HIDA, percutaneous transhepatic cholecysto-cholangiography and liver biopsy in infants with persistent jaundice: can a combination of PTCC and liver biopsy reduce unnecessary laparotomy?
ABSTRACT Historically, HIDA is the initial diagnostic test in the evaluation of biliary atresia (BA). Non-excreting HIDA scans can yield false-positive results leading to negative laparotomy.
Cholestatic infants must be evaluated promptly to exclude biliary atresia (BA) and other treatable hepatic conditions. Intraoperative cholangiogram (IOC) is the gold standard for diagnosing BA, but requires surgical intervention. Percutaneous transhepatic cholecysto-cholangiography (PTCC) and liver biopsy are less invasive and have been described in small case series. We hypothesized that PTCC and liver biopsy effectively exclude BA, thus avoiding unnecessary IOC.
Retrospective review of cholestatic infants who underwent PTCC, biopsy or cholescintigraphy at a tertiary children's hospital from August 1998 to January 2009. Group differences were evaluated and the receiver operator curve and safety of PTCC determined.
One-hundred twenty-eight cholestatic infants were reviewed. Forty-six (36%) underwent PTCC. Forty-one out of 46 (89%) had simultaneous PTCC and liver biopsy. PTCC was completed successfully in 19/23 (83%) children despite a small or absent GB on initial US. Negative laparotomy rate was 1/6 (17%) for simultaneous PTCC/liver biopsy. Complications occurred in 4/46 including bleeding (n=2), fever with elevated transaminases (n=1) and oxygen desaturations (n=1).
PTCC, particularly when performed in combination with simultaneous liver biopsy, effectively excludes BA in cholestatic infants with acceptable morbidity. PTCC can frequently be performed when a contracted gallbladder is seen on initial US exam. Negative laparotomy rate is lowest when PTCC is coupled with simultaneous liver biopsy.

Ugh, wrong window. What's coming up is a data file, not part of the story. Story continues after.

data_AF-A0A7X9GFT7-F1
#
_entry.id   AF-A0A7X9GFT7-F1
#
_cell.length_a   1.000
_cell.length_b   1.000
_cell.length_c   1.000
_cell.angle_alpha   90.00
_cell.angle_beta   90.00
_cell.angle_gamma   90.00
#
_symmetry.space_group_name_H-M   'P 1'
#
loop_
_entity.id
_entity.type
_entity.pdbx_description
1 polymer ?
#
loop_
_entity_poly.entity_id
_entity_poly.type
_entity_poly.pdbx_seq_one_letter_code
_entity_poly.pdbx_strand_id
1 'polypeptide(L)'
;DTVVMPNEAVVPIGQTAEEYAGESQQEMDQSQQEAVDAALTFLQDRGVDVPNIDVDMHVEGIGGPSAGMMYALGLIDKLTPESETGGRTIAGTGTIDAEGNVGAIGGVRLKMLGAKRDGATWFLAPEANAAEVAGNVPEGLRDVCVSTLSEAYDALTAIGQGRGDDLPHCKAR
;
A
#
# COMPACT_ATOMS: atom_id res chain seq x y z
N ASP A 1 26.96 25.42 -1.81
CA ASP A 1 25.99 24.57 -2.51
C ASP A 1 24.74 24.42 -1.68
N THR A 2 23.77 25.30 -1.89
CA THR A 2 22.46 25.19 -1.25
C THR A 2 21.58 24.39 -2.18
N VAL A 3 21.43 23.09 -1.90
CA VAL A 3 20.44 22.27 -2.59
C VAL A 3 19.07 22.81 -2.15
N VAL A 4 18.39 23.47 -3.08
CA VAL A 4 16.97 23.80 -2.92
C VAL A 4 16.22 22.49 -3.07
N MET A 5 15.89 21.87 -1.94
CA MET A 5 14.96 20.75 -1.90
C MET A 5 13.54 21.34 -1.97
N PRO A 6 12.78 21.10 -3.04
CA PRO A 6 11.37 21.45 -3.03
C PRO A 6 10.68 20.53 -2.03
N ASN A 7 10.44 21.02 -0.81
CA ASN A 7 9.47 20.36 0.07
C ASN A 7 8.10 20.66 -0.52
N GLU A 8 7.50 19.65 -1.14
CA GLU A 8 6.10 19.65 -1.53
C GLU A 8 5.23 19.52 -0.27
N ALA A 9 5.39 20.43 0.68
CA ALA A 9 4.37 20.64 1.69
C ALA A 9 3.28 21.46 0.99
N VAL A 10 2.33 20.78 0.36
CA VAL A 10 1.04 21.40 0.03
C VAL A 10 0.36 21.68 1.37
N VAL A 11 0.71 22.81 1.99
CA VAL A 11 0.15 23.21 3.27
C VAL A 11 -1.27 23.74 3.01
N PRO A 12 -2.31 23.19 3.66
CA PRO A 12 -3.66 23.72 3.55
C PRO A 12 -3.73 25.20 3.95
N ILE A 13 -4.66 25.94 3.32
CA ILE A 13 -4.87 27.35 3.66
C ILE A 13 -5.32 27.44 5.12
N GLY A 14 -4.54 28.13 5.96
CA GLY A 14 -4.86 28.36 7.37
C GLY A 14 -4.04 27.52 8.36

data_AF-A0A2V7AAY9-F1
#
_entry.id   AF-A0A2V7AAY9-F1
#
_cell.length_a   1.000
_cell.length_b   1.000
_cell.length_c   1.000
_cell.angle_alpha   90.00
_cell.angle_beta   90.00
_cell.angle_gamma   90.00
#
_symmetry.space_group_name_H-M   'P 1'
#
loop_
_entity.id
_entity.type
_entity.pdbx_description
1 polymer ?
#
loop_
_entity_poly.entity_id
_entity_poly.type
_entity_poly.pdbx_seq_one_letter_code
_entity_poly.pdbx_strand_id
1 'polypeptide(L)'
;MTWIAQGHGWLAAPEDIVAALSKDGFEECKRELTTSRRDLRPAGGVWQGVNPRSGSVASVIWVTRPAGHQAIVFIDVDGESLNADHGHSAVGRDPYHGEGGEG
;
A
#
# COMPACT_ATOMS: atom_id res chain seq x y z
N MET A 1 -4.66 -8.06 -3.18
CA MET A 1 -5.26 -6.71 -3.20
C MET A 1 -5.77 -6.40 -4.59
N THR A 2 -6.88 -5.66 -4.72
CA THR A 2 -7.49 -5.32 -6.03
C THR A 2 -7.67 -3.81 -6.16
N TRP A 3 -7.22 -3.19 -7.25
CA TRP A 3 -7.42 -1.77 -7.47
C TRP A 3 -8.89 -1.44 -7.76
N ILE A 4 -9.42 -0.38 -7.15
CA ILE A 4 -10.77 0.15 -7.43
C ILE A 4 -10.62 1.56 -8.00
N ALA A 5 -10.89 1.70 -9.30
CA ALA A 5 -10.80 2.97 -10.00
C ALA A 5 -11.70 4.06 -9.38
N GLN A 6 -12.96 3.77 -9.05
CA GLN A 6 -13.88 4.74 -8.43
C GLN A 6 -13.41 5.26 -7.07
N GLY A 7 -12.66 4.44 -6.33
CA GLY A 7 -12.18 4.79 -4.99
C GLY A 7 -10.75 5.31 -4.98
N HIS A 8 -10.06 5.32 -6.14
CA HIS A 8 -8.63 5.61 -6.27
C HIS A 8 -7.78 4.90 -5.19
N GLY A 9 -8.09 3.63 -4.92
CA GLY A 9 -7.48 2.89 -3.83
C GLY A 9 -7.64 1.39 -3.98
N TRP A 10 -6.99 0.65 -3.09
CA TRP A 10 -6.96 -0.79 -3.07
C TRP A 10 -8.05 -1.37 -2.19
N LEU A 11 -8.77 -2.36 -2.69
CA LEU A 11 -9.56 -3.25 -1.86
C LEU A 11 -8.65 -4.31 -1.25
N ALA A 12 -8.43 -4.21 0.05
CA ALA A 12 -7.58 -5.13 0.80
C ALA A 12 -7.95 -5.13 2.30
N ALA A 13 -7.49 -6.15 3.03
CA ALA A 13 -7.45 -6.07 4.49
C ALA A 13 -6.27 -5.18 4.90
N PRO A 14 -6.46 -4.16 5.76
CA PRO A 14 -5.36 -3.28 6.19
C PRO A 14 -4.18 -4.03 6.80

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ABSTRACT: Neonates with cholestasis may undergo many tests before biliary atresia (BA) or an alternative diagnosis is reached, and delayed intervention may worsen outcomes. An optimal diagnostic approach to reduce risk, cost, and delay has yet to be defined. The purpose of this study was to develop an algorithm that rapidly and accurately excludes BA for infants with cholestatic jaundice. A single-center retrospective comparison of diagnostic workup was made between cholestatic infants with BA, and those without BA who underwent hepatobiliary iminodiacetic acid (HIDA) scan during admission. Patients were born between 2000 and 2010 and those older than 100days at assessment were excluded. Sensitivity and specificity analysis of predictive variables was performed and an algorithm constructed. There were 45 BA and 167 non-BA patients. Some variables were 100% sensitive for the exclusion of BA: conjugated bilirubin <2.5mg/dL, gamma-glutamyl transpeptidase <150U/L, excretion on HIDA, or a normal percutaneous cholangiogram. Clinical variables and ultrasound were less useful as screening tests owing to low specificity and sensitivity, respectively. Liver biopsy was 98% sensitive and 84% specific in the diagnosis of BA. An algorithm was constructed that rules out BA with a negative laparotomy rate of 3-22%. We propose a screening algorithm for infants with conjugated hyperbilirubinemia that permits efficient exclusion of BA with minimal invasive testing and with a low risk of negative laparotomy. This algorithm now requires prospective evaluation to determine its diagnostic accuracy and its ability to reduce hospital costs, patient morbidity, and time to Kasai portoenterostomy in patients with BA. Copyright © 2015 Elsevier Inc. All rights reserved.Journal of Pediatric Surgery 03/2015; 50(3):363-70. DOI:10.1016/j.jpedsurg.2014.08.014 · 1.31 Impact Factor